Screen Shot 2014-09-14 at 8.29.58 PM.pngAs a photographer, I’m a big believer in the power of the still image. But even I have to admit that videos can be at least as powerful as photographs, if not even more so. Video captures mannerisms, for example, in a way that photography cannot.

I try to make a habit of shooting some footage of my kids every few months. Children change so much as they grow, and not just in appearance, but also in the way that they move, and video is the perfect way to chart those changes. The other advantage of video is that it captures audio as well, which adds another layer of interest to the experience.

Today I’m going to give you my top tips for capturing the best videos.

The most common problem we experience with video is camera shake. Professional filmmakers and videographers use elaborate mounts and rigs to keep their cameras steady. Us regular folk need to improvise, and the simplest technique is to put the camera strap around your neck while you shoot and push the camera away from your body so that the strap is taut. In this way your upper body becomes the rig which keeps the camera steady.

If you have a tripod you can put your camera on that, but then you’re limited to a static position. A videographer friend of mine likes to mount his camera on a tripod with the legs retracted and rest the feet on his belt, which gives him the freedom to easily change his angle.

10288093.jpgSome camera lenses have a feature called ‘image stabilization’ which can help to counteract a certain amount of camera shake, and help you to produce smoother videos. And some camera bodies, like the Olympus OM-D E-M10 have image stabilization built in, whereby the actual sensor itself can move independently and compensate for small movements, which is a really handy feature.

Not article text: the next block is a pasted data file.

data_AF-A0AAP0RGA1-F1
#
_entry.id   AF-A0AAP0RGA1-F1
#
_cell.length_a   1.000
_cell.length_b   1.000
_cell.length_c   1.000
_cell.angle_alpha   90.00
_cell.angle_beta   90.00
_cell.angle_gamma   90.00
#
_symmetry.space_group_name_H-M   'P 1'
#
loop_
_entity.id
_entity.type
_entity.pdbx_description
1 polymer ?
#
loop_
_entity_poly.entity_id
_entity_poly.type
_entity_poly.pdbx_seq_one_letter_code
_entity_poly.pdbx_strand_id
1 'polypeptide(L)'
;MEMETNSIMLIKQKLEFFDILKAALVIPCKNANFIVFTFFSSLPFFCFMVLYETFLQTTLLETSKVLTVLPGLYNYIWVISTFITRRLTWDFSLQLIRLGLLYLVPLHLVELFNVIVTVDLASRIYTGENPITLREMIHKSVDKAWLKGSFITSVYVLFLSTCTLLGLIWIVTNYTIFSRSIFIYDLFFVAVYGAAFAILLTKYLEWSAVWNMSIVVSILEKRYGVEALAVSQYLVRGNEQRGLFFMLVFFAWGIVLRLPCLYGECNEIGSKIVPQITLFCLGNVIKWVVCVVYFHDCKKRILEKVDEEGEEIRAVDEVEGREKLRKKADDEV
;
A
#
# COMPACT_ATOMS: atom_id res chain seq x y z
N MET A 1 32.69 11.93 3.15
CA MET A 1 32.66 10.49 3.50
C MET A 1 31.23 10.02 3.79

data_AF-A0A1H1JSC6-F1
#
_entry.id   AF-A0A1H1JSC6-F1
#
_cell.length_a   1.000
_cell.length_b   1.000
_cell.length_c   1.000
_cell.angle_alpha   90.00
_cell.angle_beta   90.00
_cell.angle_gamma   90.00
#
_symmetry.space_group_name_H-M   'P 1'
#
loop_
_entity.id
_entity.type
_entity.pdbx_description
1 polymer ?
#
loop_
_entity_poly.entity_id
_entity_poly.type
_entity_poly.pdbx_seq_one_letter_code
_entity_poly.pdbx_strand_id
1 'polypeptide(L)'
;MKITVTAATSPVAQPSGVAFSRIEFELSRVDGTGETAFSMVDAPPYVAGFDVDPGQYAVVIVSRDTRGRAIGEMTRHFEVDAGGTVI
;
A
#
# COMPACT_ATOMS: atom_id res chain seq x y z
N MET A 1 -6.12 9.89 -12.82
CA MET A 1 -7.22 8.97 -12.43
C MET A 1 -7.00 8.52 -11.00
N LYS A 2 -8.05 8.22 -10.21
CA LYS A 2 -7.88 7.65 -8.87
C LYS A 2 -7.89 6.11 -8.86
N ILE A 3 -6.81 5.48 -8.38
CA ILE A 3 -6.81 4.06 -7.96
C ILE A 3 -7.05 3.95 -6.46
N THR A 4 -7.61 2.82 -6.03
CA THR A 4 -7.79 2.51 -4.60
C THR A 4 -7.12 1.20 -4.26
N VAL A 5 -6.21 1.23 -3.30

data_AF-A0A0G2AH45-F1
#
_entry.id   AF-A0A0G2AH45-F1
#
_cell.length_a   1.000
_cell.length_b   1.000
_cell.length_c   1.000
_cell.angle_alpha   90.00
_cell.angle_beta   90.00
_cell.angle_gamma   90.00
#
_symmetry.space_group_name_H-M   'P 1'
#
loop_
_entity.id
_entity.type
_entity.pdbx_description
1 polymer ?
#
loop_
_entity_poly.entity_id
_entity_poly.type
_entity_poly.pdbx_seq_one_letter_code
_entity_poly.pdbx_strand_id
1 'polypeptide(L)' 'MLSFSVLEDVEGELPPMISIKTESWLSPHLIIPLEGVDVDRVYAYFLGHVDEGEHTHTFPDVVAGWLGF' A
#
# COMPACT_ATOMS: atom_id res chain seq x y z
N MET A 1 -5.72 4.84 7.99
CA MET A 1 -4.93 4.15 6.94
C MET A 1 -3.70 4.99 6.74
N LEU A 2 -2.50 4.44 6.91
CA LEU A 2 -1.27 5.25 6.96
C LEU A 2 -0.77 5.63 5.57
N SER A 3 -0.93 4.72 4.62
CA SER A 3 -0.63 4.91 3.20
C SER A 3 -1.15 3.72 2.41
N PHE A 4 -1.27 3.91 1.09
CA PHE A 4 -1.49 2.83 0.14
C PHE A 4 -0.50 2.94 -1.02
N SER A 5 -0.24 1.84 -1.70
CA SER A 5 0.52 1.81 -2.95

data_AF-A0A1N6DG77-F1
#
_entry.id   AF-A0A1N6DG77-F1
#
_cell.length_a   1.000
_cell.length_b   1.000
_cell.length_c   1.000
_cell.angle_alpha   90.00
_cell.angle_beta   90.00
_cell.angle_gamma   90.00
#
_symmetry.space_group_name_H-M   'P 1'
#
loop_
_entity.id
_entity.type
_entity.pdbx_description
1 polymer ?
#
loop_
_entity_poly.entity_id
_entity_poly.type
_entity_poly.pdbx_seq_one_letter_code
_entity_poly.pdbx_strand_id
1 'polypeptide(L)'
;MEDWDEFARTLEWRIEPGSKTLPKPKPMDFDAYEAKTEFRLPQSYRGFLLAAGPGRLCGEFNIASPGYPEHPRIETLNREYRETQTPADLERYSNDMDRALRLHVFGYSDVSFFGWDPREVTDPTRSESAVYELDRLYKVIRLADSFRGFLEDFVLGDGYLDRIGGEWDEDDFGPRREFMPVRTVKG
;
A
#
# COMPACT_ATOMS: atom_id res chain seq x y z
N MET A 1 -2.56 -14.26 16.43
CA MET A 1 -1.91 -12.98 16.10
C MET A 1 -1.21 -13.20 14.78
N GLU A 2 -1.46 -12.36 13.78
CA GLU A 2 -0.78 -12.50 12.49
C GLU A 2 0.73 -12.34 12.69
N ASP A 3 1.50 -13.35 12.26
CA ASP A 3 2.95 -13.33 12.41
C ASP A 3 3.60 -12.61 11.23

Frame rate is something that tends to cause a bit of confusion, because you’ll often have a few different frame rates available on your camera. The long and short of it is that here in Canada we should use 30 frames per second (fps) as default. If you own a GoPro Hero4 you can also shoot at 60fps or 120fps, which allows you to create beautiful slo-mos. It’s not advised to shoot at higher rates by default however, because all those extra frames make the video look unnatural to our eyes when played back at normal speed.

A lot of the things that make a good photograph apply equally to video, so always be aware of where the light is coming from, and try and get your subject to face in that direction. My first rule of effective composition for photography (as I mentioned in this recent post) is ‘get closer’. This also applies to video, with the added advantage that your audio will be clearer.

Finally, when you’ve shot all those wonderful clips, it is so important to take the time to sit down and actually edit them. In the same way that you should never show anyone every photo you shoot, nobody needs to see every second of every video clip. In the case of both photos and videos, less is almost always more.

Justin Morrison
I am a professional photographer, working in motion and stills. I create portrait, lifestyle and documentary work, and I strive to tell real and authentic stories. Based in Vancouver, British Columbia.


  1. some thoughts…

  2. Thanks for mentioning focus xl! It is undoubtedly one of the big challenges when shooting video. Many cameras are designed primarily for shooting stills, and the autofocus can really work against you when you shoot video. For the most part I shoot video with manual focus, which gives much smoother results. I think manufacturers will, over time, incorporate autofocus modes designed exclusively for shooting video.

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